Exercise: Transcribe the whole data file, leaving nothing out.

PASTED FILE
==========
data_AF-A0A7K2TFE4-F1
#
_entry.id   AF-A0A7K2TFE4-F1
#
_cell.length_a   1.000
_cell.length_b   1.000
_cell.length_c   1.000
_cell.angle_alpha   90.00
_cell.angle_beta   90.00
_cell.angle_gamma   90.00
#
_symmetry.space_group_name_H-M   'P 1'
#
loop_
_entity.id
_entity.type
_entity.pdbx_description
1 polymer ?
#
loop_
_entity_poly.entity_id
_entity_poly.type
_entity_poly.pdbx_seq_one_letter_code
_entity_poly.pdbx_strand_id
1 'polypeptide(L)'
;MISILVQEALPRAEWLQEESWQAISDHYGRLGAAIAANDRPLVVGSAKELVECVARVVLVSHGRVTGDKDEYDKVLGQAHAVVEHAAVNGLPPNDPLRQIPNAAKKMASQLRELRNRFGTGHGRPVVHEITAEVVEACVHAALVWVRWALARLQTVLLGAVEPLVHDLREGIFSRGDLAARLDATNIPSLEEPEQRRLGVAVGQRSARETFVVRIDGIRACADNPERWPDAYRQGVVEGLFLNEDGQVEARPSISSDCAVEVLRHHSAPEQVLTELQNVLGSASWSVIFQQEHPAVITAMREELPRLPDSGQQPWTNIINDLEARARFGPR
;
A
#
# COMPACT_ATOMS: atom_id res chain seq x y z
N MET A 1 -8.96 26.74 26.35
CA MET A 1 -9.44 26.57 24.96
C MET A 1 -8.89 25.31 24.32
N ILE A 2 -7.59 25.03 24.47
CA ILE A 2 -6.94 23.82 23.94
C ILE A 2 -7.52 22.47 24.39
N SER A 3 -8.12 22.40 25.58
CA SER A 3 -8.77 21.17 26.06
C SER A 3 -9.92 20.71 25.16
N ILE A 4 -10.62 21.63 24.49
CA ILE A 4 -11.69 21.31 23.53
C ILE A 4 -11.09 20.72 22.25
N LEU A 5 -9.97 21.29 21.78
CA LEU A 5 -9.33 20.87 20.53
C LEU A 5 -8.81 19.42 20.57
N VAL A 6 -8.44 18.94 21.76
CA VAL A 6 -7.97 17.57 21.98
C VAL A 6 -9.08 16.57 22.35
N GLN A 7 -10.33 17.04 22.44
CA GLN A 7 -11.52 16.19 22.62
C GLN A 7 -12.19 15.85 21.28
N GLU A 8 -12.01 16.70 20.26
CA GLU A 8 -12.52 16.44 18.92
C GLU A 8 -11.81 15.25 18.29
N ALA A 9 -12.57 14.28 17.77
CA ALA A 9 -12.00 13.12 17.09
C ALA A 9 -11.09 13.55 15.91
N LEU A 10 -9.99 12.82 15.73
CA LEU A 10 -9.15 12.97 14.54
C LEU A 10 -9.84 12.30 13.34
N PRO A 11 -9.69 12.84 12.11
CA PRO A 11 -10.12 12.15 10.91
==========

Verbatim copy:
data_AF-A0A7K2TFE4-F1
#
_entry.id   AF-A0A7K2TFE4-F1
#
_cell.length_a   1.000
_cell.length_b   1.000
_cell.length_c   1.000
_cell.angle_alpha   90.00
_cell.angle_beta   90.00
_cell.angle_gamma   90.00
#
_symmetry.space_group_name_H-M   'P 1'
#
loop_
_entity.id
_entity.type
_entity.pdbx_description
1 polymer ?
#
loop_
_entity_poly.entity_id
_entity_poly.type
_entity_poly.pdbx_seq_one_letter_code
_entity_poly.pdbx_strand_id
1 'polypeptide(L)'
;MISILVQEALPRAEWLQEESWQAISDHYGRLGAAIAANDRPLVVGSAKELVECVARVVLVSHGRVTGDKDEYDKVLGQAHAVVEHAAVNGLPPNDPLRQIPNAAKKMASQLRELRNRFGTGHGRPVVHEITAEVVEACVHAALVWVRWALARLQTVLLGAVEPLVHDLREGIFSRGDLAARLDATNIPSLEEPEQRRLGVAVGQRSARETFVVRIDGIRACADNPERWPDAYRQGVVEGLFLNEDGQVEARPSISSDCAVEVLRHHSAPEQVLTELQNVLGSASWSVIFQQEHPAVITAMREELPRLPDSGQQPWTNIINDLEARARFGPR
;
A
#
# COMPACT_ATOMS: atom_id res chain seq x y z
N MET A 1 -8.96 26.74 26.35
CA MET A 1 -9.44 26.57 24.96
C MET A 1 -8.89 25.31 24.32
N ILE A 2 -7.59 25.03 24.47
CA ILE A 2 -6.94 23.82 23.94
C ILE A 2 -7.52 22.47 24.39
N SER A 3 -8.12 22.40 25.58
CA SER A 3 -8.77 21.17 26.06
C SER A 3 -9.92 20.71 25.16
N ILE A 4 -10.62 21.63 24.49
CA ILE A 4 -11.69 21.31 23.53
C ILE A 4 -11.09 20.72 22.25
N LEU A 5 -9.97 21.29 21.78
CA LEU A 5 -9.33 20.87 20.53
C LEU A 5 -8.81 19.42 20.57
N VAL A 6 -8.44 18.94 21.76
CA VAL A 6 -7.97 17.57 21.98
C VAL A 6 -9.08 16.57 22.35
N GLN A 7 -10.33 17.04 22.44
CA GLN A 7 -11.52 16.19 22.62
C GLN A 7 -12.19 15.85 21.28
N GLU A 8 -12.01 16.70 20.26
CA GLU A 8 -12.52 16.44 18.92
C GLU A 8 -11.81 15.25 18.29
N ALA A 9 -12.57 14.28 17.77
CA ALA A 9 -12.00 13.12 17.09
C ALA A 9 -11.09 13.55 15.91
N LEU A 10 -9.99 12.82 15.73
CA LEU A 10 -9.15 12.97 14.54
C LEU A 10 -9.84 12.30 13.34
N PRO A 11 -9.69 12.84 12.11
CA PRO A 11 -10.12 12.15 10.91